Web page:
For those who live with it, dementia can be devastating. But year by year, new drugs, technologies and techniques are being developed that not only reduce the likelihood of the condition occurring in the first place, but are also more effective in helping manage it if it does. This means that in terms of alleviating symptoms and slowing the progress of different types of dementia, doctors now have more treatment options than was thought possible, even just a few years ago.
These developments can involve looking at new ways to use existing drugs. For example, an American study has shown that beta-blockers, which are traditionally used to treat high blood pressure, may also be effective in lessening the onset of dementia. At the moment, because of the small size of the research sample, beta-blockers, can not as yet be prescribed for this purpose. However, a much larger study involving another type of blood pressure reducing drug, known as angiotensin receptor blocker (ARB), has been shown to have a similar benefits, which could lead to new range of medications becoming available.
Several other promoting treatments are also in the late phases of testing. These include a drug that blocks the build-up of amyloid (the lumps of protein that can stop neurons in the brain from working properly together), while another is aimed at preventing the clumping of tau protein, a primary indicator of Alzheimer's. Initial results suggest that both could be effective lines of research.
While at the Massachusetts Institute of Technology (MIT) after 15 years of work, scientists have created 'Souvenaid'. This is a once-a-day drink that they have developed to repair the damage done to neurons at the synapses, the point where they connect with each other in our brains. Tests have shown that Souvenaid does seem to help improve the memory of dementia sufferers.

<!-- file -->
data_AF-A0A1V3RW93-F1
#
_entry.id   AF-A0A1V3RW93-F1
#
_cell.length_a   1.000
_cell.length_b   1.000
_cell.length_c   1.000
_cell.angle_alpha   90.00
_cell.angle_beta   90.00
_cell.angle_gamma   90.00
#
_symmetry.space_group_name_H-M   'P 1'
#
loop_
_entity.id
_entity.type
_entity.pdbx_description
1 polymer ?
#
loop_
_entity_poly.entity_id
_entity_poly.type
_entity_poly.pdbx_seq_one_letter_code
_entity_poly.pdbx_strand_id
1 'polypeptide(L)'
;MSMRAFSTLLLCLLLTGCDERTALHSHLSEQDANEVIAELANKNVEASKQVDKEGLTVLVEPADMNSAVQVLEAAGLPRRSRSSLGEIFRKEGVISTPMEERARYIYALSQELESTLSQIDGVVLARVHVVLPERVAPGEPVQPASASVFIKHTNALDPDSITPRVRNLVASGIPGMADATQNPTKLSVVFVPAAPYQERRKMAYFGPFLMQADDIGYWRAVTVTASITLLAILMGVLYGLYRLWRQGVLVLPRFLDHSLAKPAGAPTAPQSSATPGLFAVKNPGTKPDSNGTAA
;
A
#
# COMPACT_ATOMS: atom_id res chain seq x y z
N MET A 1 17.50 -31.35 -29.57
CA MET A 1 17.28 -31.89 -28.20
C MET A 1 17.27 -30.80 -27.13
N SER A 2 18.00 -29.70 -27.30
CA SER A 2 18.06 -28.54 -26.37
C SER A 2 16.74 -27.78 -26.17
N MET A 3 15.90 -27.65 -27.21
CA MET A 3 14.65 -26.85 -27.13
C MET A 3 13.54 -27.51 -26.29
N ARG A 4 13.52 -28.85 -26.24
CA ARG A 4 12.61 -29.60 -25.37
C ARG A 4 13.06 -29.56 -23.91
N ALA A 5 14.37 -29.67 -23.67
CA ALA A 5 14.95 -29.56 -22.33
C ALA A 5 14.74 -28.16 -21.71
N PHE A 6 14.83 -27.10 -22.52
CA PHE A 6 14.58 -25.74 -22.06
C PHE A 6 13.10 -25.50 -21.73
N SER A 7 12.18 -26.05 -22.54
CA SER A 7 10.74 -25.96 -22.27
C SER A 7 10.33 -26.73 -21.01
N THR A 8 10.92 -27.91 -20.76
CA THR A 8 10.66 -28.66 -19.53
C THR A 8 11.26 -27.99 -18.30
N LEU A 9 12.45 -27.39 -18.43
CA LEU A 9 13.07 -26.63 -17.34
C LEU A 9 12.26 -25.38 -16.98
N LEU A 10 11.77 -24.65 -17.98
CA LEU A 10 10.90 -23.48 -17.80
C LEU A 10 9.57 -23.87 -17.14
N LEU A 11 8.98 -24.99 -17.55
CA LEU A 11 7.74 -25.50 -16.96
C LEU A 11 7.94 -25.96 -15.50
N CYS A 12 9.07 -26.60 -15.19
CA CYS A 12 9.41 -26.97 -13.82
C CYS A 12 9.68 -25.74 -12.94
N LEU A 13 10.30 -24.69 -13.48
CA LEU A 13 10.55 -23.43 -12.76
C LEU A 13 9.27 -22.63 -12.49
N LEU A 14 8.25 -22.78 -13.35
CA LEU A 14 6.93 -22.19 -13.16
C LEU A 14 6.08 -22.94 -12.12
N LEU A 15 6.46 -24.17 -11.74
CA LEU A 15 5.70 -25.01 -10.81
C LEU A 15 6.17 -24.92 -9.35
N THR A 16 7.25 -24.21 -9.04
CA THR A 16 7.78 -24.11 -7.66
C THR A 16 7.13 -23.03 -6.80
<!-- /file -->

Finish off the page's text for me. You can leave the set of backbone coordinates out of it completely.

Correct diagnosis of the exact nature and type of the dementia is of course important in the early stages of the disease if the best treatments are given. In the past this could often involve some form of invasive treatment such as lumbar puncture. But now, American researchers have found that MRI scans can be used effectively in diagnosis, which means much less trauma for patients.
For younger sufferers in particular, being diagnosed with dementia can lead to the loss of employment and their independence. So in Hull, a two-year long pilot project is underway that will give those suffering from dementia the opportunity, with the support of a personal mentor, to do voluntary work in their own community. This positive and forward-thinking scheme will help demonstrate that those suffering from Alzheimer's and similar diseases are still able to make a contribution to society.
With other on-going trials of medications normally used in the treatment of high blood pressure and diabetes, as well as statins and even some antibiotics, there are definite signs that the light at the end of the tunnel is beginning to shine brighter for those suffering from the debilitating effects of dementia.
If you or someone you love is experiencing early signs of dementia, find out about the specialist dementia care options available to you.